a radical proposal (Re: protocols that don't meet the need...)
paul at clubi.ie
Fri Feb 17 02:05:23 UTC 2006
On Thu, 16 Feb 2006, Vince Fuller wrote:
> to two popular "geo-topo" addressing domains, say the Bay Area and
> the DC area. Let's say that 10.0.0.0/8 is the "geo-topo" address
> block in the Bay Area and 172.16.0.0/12 is the "geo-topo" block in
> the DC area. This provider has four customers in the Bay Area:
> customers. For him to provide connectivity to all the address
> range, he must
> a) have full routing connectivity to all other providers that have
> addresses in the same range; this implies that he connects to all IXs
> within the region and maintaines a full-mesh of routing information
> (today, BGP sessions) to all of these providers
That's not quite correct. They would have to:
a) Have full routing connectivity to all other providers who
provide transit in/out of the area concerned.
It does not imply:
- having to peer with every provider in the area (some
providers may be wholly within the area, you wouldn't need
to peer with them, only their 'transit provider')
- having to peer at every IX (you only need to fulfill
- that peering with the other providers who provide
inter-geo-area service, with whom you must peer as per a,
must occur locally - it does not. (e.g. you could hand-off
ACME providers Bay Area prefixes to ACME at DC if you
> b) must be willing to provide connectivity to all sites within the region
> to any place that he advertises the prefix 10.0.0.0/8
> through routing
> exchanges; if he advertises this prefix to non-customers, it implies
> that he is will provide free transit to his competitors' customers
> which are numbered out of this block
That's not correct. Nothing says it has to be free.
If you're handing off X GiB of 10/8 Bay Area traffic to ACME provider
each day, then you would (presumably) charge ACME your costs for
those X GiB. ACME presumably would do likewise for traffic to 10/8
they carried that happened to be one of your customers instead.
So it's normal peering business; indeed it could be a beneficial
business model to try carry as much of that 10/8 traffic as possible.
- scenic routing would be far less prevalent.
- trivial provider-changing for customers / much increased
competition (easier to attract new customers away from other
Some big downsides:
- trivial provider-changing for customers (your competitors can
get your customers to change over more easily than today) (I
suspect providers would be more wary of this than they would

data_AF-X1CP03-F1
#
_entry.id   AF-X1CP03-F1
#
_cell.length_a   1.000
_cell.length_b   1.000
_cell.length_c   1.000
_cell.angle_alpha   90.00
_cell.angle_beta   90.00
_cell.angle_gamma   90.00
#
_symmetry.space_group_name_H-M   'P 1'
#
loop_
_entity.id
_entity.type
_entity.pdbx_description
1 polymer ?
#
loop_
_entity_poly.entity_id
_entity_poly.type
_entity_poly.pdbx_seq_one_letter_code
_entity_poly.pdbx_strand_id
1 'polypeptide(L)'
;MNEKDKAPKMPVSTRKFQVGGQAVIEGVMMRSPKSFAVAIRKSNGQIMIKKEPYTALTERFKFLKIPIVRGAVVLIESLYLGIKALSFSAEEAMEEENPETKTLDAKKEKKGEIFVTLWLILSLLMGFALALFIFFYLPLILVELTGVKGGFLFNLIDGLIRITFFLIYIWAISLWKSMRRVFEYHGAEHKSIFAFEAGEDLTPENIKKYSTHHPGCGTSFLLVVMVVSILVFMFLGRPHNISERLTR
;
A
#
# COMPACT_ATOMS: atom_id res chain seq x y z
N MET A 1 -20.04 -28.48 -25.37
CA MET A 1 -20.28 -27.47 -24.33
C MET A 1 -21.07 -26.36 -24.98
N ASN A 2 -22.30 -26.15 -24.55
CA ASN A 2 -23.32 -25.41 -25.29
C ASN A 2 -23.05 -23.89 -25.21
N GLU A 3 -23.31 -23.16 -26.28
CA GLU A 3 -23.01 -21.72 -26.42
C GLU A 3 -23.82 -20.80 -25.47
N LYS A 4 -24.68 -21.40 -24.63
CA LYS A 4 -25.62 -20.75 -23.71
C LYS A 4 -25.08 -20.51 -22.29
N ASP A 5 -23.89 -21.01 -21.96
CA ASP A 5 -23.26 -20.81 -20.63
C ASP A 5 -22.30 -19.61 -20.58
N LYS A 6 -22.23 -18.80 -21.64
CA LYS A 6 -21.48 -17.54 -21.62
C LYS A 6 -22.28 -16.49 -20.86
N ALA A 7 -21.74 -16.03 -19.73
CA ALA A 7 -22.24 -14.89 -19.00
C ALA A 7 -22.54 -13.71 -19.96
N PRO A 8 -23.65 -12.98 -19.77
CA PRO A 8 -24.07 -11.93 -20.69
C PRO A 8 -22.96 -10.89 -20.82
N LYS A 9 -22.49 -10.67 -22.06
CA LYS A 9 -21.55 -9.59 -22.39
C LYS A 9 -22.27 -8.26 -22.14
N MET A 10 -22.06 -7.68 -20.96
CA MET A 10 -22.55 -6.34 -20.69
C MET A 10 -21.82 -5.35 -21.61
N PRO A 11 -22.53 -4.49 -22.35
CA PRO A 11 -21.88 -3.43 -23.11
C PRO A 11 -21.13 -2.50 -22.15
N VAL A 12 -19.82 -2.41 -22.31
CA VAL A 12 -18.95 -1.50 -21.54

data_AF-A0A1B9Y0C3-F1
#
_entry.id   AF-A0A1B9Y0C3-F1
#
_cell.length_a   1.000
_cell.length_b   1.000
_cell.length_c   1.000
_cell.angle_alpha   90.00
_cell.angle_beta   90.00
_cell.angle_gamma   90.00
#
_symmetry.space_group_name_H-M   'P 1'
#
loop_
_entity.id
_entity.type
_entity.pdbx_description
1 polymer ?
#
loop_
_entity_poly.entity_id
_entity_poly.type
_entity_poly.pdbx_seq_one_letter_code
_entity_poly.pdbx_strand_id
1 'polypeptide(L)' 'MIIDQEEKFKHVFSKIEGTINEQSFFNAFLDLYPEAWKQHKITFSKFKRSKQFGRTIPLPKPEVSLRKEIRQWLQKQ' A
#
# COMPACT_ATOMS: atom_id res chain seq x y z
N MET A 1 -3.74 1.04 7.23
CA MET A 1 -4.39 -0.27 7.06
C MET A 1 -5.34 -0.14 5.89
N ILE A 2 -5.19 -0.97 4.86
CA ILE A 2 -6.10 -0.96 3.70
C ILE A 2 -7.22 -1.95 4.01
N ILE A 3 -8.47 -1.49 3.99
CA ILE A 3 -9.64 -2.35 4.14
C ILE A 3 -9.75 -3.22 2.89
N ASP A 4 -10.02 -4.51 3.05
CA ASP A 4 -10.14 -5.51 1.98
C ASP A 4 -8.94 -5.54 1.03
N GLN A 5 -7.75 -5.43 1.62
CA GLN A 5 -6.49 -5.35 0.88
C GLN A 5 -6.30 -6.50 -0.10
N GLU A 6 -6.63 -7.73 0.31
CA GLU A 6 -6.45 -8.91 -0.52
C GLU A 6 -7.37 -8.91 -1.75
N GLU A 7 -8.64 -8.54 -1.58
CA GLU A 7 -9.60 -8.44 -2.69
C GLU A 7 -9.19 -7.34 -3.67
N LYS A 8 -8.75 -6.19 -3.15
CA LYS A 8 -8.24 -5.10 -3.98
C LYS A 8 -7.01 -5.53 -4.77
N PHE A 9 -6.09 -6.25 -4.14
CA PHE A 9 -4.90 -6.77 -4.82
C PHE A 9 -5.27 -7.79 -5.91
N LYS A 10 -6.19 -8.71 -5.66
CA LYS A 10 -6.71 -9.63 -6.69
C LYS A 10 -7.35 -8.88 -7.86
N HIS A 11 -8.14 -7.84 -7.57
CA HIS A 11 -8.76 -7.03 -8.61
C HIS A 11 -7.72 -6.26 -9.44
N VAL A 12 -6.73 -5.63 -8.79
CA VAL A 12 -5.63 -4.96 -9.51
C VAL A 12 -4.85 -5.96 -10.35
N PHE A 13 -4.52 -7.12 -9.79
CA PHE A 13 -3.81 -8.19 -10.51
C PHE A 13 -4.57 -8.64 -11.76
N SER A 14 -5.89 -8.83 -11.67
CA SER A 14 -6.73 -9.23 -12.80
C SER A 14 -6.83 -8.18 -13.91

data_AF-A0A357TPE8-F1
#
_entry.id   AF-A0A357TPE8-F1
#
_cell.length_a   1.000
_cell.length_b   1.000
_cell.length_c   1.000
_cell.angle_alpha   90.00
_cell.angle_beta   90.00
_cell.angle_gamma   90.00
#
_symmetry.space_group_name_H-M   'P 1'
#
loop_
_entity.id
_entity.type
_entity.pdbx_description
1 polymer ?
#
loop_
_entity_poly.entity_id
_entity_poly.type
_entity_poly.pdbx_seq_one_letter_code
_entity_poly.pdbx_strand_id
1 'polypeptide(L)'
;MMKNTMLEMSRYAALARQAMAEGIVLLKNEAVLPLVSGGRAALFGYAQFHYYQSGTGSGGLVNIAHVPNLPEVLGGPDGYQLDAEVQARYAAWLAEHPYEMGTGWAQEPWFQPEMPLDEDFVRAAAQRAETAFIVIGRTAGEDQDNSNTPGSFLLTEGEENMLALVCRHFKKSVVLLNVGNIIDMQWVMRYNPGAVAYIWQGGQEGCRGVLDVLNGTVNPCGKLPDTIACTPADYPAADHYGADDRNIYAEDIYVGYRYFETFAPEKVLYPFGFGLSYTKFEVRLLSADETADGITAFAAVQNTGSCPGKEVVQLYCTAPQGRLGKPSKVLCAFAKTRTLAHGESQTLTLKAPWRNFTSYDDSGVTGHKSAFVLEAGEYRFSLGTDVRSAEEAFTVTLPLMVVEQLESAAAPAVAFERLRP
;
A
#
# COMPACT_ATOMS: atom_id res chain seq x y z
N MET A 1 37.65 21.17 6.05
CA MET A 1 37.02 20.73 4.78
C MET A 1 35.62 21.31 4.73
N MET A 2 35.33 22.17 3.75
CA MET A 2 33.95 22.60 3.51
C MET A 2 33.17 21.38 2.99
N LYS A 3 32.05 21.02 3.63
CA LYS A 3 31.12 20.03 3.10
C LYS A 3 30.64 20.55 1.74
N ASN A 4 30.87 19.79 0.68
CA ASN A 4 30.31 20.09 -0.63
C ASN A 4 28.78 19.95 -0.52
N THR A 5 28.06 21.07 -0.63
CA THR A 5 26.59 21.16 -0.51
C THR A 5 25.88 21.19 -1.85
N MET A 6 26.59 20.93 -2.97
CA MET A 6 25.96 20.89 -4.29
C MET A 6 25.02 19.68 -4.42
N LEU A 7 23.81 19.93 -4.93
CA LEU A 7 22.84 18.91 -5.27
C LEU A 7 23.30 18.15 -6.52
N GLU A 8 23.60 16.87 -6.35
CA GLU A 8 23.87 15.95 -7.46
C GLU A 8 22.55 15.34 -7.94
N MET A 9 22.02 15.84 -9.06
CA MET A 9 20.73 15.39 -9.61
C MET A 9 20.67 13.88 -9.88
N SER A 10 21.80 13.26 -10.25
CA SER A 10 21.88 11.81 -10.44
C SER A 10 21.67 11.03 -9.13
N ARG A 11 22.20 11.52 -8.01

welcome the /increase/ in competition ;) ).
- every customer's (using these geo-assigned addresses) traffic is
dependent on every transit provider. So ACMEs' customer could face
an outage because "Barr's Internet Services" has a failure. This
could be mitigated with good practices (ensure that those providers
who provide transit into the area only ever originate the
area-prefix from within the area, never outside - hard to know how
that could be enforced)
- Co-ordination of origination the prefix: How do you ensure that
those providers who announce the 10/8 prefix are only those
providers who are peered with all the others? Squabbles could get
really ugly and affect /all/ users in that block, regardless of
whether they are customers of the squabbling providers.
> "Addressing can follow topology or topology can follow addressing.
> Choose one."
> and I'd offer a corollary:
> Transit relationships (i.e money) must follow topological relationships
> (and thus addressing); the alternative is some combination of inefficient
> or non-scalable routing, black holes, settlements, regulation, or other
> undesireable things.
We have settlements today already. The money factor isn't a problem
really - seems to me at least the money aspect could work fine for
geo-addressing, as it (should) do for transit services today. It's
the other inter-provider co-ordination problems that would make it
There'd need be someone who could "enforce the law", after defining
the "law" of course ;). Though, we happen to have such a body in my
country funnily enough.
> If you really want to combine transport identifier and routing
> locator into a single "address", you give up a lot of flexibility.
> For routing to scale, addressing must follow topology, so in such a
> network architecture the term "topology independent address" (aka
> "provider independent address") is truly an oxymoron.
The logical step then is for leaf-sites to build upon this
topology-addressed network and advertise the lists of "topology
identifiers" by which they are reachable to each other: shim6. Smart
hosts communicating over a dumb network.
Providers aren't happy with that either though, judging by some of
the grumbling wrt shim6. But that's the only solution left unless
some new 'break-through' solution is discovered.
Paul Jakma paul at clubi.ie paul at jakma.org Key ID: 64A2FF6A
If the shoe fits, it's ugly.
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